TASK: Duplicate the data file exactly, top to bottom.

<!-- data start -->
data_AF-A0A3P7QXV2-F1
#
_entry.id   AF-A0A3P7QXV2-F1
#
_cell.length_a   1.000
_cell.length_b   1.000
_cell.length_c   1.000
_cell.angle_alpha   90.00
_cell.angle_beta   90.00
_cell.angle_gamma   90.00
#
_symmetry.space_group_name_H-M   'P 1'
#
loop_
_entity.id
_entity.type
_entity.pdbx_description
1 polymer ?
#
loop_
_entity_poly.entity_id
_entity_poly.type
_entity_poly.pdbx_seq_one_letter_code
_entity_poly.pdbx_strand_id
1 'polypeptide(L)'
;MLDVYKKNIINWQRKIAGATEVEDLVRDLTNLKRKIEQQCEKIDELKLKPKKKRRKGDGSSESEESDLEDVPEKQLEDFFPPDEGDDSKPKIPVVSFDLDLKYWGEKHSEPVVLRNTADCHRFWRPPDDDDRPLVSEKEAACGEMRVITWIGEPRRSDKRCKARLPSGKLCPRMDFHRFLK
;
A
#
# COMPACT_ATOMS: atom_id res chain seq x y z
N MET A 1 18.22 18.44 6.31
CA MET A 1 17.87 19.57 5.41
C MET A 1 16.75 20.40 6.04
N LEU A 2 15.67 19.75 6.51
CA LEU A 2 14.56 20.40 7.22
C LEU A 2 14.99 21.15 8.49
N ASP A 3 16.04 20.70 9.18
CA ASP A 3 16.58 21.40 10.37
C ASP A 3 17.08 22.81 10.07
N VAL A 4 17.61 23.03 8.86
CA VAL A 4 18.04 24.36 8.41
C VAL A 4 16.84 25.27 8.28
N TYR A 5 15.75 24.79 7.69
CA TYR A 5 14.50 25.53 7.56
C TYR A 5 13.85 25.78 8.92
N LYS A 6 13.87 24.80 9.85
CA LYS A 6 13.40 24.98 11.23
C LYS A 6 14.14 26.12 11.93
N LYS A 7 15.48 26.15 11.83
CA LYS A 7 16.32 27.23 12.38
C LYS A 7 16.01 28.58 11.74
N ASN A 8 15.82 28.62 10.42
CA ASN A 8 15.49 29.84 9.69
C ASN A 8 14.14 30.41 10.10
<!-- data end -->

data_AF-A0A3P7QXV2-F1
#
_entry.id   AF-A0A3P7QXV2-F1
#
_cell.length_a   1.000
_cell.length_b   1.000
_cell.length_c   1.000
_cell.angle_alpha   90.00
_cell.angle_beta   90.00
_cell.angle_gamma   90.00
#
_symmetry.space_group_name_H-M   'P 1'
#
loop_
_entity.id
_entity.type
_entity.pdbx_description
1 polymer ?
#
loop_
_entity_poly.entity_id
_entity_poly.type
_entity_poly.pdbx_seq_one_letter_code
_entity_poly.pdbx_strand_id
1 'polypeptide(L)'
;MLDVYKKNIINWQRKIAGATEVEDLVRDLTNLKRKIEQQCEKIDELKLKPKKKRRKGDGSSESEESDLEDVPEKQLEDFFPPDEGDDSKPKIPVVSFDLDLKYWGEKHSEPVVLRNTADCHRFWRPPDDDDRPLVSEKEAACGEMRVITWIGEPRRSDKRCKARLPSGKLCPRMDFHRFLK
;
A
#
# COMPACT_ATOMS: atom_id res chain seq x y z
N MET A 1 18.22 18.44 6.31
CA MET A 1 17.87 19.57 5.41
C MET A 1 16.75 20.40 6.04
N LEU A 2 15.67 19.75 6.51
CA LEU A 2 14.56 20.40 7.22
C LEU A 2 14.99 21.15 8.49
N ASP A 3 16.04 20.70 9.18
CA ASP A 3 16.58 21.40 10.37
C ASP A 3 17.08 22.81 10.07
N VAL A 4 17.61 23.03 8.86
CA VAL A 4 18.04 24.36 8.41
C VAL A 4 16.84 25.27 8.28
N TYR A 5 15.75 24.79 7.69
CA TYR A 5 14.50 25.53 7.56
C TYR A 5 13.85 25.78 8.92
N LYS A 6 13.87 24.80 9.85
CA LYS A 6 13.40 24.98 11.23
C LYS A 6 14.14 26.12 11.93
N LYS A 7 15.48 26.15 11.83
CA LYS A 7 16.32 27.23 12.38
C LYS A 7 16.01 28.58 11.74
N ASN A 8 15.82 28.62 10.42
CA ASN A 8 15.49 29.84 9.69
C ASN A 8 14.14 30.41 10.10